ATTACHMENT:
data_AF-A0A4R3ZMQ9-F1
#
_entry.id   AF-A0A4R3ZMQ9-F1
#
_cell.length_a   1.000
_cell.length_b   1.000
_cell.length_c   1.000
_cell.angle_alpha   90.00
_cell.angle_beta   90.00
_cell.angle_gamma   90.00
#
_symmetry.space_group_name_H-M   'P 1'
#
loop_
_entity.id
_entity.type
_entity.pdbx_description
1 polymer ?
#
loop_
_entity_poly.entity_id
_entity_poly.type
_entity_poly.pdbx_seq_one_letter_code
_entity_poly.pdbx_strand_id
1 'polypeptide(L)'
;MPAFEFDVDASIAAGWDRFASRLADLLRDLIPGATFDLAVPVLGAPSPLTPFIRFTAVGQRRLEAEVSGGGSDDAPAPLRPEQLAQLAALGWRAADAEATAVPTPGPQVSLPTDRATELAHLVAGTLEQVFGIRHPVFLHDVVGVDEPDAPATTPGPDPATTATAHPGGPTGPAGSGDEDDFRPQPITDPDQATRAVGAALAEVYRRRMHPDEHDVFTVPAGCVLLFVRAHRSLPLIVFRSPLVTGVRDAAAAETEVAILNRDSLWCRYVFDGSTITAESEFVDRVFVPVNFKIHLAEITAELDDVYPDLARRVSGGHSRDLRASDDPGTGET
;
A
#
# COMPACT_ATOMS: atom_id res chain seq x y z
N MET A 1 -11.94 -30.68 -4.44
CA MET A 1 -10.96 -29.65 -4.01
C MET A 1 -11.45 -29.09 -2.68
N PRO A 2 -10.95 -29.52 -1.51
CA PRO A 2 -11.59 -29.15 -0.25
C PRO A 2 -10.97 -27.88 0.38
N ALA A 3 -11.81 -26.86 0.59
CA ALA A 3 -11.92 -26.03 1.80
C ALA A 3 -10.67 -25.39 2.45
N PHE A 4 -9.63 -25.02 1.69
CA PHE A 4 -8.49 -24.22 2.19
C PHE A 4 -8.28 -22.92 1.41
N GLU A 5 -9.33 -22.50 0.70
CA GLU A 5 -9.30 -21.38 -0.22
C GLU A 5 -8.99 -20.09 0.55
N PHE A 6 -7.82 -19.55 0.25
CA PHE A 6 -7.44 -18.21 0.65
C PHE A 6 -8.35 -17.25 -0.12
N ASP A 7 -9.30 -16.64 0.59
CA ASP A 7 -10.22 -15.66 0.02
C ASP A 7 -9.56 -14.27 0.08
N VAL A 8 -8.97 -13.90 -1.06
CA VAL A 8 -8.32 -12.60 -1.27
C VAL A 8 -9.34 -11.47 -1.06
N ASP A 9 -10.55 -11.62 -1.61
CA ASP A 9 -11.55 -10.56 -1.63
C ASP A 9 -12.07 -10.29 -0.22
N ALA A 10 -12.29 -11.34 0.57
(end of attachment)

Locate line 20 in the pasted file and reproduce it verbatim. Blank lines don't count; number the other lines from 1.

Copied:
loop_